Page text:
Playing around with PBWiki : Take two

by tosca on Thursday, July 17, 2008

Hola! Our lovely Kelly has fixed it so I can now forge ahead with this exercise. Sooo, I headed off to have a squiz at the Manukau Libraries Wiki, and followed the easy-peasy instructions and added my favourite whatevers! Easy as that!! Thank goodness, anything hard to comprehend in this shift and I would've been tearing my hair out ;)

It really is as simple as logging in, clicking on whichever title you want to add a favourite something-or-other to, and then going to Edit and adding your 10 cents worth (the instructions are easy to follow).

You can now view my: Favourite Number/s, blog URL, Favourite Books, Favourite Movies, Favourite Music, Favourite TV Shows, Favourite Holiday Destinations and Favourite Recipes. I have not added anything to the Fav Websites or I Don't Have Favourites list because umm just because! Those above are HEAPS enough!

The idea of wiki might be foreign to a few staff scattered across Manukau Libraries (such as myself) but the logistics of it are easy and amazingly non-technical. I mean, there's the usual logging in but we log in for everything else in christendom so that's not out of the ordinary. And PBWiki is exactly the same as using Microsoft Word and I absolutely know we've all used that. If you can manipulate Word you can rule the world! Or at least a small portion of it via PBWiki. So, peace, love and mungbeans, baby :)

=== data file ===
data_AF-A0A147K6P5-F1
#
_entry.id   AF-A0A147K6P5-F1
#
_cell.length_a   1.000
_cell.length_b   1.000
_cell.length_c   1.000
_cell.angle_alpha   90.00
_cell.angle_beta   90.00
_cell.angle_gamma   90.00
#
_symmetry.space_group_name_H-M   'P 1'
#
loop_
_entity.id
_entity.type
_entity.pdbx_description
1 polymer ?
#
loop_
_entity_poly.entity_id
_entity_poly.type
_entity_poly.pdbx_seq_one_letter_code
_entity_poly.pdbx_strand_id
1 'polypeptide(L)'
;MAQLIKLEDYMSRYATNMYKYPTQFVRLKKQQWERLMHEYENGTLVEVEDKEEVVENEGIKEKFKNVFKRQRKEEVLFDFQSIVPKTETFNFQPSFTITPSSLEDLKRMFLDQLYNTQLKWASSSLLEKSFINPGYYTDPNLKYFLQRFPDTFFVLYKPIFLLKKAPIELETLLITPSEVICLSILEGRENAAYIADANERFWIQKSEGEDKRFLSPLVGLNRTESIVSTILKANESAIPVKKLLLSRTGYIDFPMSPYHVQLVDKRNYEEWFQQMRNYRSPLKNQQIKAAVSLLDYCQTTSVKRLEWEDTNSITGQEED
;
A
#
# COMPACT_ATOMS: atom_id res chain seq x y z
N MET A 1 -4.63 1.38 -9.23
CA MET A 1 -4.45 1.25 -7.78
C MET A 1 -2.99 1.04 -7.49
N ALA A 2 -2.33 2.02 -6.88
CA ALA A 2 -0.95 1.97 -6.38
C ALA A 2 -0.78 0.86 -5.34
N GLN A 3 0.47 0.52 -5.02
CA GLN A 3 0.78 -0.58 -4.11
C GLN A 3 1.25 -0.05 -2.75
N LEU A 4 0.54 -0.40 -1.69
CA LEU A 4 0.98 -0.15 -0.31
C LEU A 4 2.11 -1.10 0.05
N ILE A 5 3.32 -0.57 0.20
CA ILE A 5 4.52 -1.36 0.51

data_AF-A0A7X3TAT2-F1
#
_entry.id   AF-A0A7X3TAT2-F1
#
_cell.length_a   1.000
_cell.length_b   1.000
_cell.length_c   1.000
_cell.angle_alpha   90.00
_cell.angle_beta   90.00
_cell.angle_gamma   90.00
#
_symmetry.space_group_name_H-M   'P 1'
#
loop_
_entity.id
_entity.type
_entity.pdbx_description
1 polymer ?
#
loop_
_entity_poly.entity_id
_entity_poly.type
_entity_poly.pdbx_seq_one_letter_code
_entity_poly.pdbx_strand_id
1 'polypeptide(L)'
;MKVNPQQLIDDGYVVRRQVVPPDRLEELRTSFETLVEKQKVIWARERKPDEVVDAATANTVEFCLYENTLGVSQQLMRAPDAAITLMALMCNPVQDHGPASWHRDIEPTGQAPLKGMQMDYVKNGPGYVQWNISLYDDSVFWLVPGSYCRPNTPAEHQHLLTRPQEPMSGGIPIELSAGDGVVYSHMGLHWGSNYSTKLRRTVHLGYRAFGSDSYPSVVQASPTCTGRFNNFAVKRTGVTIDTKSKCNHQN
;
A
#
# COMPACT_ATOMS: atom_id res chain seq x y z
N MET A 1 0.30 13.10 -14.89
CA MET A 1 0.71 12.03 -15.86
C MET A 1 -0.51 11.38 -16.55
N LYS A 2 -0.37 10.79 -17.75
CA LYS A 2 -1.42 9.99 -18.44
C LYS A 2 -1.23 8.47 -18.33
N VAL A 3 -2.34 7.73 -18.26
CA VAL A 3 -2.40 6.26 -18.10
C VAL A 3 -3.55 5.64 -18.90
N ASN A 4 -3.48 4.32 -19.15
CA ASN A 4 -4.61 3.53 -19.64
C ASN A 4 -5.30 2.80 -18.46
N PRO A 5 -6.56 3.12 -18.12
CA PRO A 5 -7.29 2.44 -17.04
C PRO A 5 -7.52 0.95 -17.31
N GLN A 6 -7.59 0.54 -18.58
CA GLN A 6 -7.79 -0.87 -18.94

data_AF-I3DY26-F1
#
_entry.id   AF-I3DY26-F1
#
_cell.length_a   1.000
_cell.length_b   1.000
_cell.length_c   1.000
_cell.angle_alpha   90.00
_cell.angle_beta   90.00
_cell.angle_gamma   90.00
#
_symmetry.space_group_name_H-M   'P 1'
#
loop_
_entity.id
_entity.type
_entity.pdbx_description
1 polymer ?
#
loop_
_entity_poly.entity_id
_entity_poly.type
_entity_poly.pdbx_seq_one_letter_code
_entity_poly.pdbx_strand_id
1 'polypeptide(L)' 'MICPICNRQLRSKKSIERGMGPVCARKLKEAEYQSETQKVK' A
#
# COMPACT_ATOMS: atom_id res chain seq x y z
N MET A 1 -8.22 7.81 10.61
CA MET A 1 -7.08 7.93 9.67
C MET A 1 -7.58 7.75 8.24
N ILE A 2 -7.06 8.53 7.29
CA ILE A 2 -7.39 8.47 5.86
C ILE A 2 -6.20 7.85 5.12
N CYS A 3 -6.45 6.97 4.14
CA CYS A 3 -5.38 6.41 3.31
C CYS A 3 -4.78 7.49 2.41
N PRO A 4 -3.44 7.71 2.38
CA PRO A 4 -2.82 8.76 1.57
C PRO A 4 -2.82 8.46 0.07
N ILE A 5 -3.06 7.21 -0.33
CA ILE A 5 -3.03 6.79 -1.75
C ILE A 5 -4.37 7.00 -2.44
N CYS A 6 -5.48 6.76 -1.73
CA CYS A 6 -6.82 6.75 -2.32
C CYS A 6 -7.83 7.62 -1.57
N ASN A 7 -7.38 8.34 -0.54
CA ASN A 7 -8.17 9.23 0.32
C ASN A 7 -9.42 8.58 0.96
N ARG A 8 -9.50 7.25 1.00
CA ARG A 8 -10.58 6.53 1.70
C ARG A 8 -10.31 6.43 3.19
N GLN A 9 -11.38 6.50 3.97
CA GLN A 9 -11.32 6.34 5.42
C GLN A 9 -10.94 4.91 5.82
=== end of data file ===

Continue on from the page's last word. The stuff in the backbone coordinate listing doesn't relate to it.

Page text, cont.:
Book Rave! Well hey, we work in libraries, I think this is a good opportunity to promote a very good book I read recently. It is Michael Eric Dyson's 'Come hell or high water : Hurricane Katrina and the color of disaster'. Basically, this book is an assessment of the key players/factors surrounding how Hurricane Katrina was handled. Yes, we've heard it all/read it all before from various sources, but Dyson does what a lot of others hadn't done to date: he provides an historical context. After having read the book my first thought was, 'Oh hell, yet another book that makes me feel so angry and voiceless about racial inequality.' 'Cause it does, and it probably always will do. My second thought was, 'Well, what are you going to do about it?' And then Merrin handed me a volunteer services pamphlet - and it's certainly an idea. Although I was kinda thinking along the lines of something local, first!

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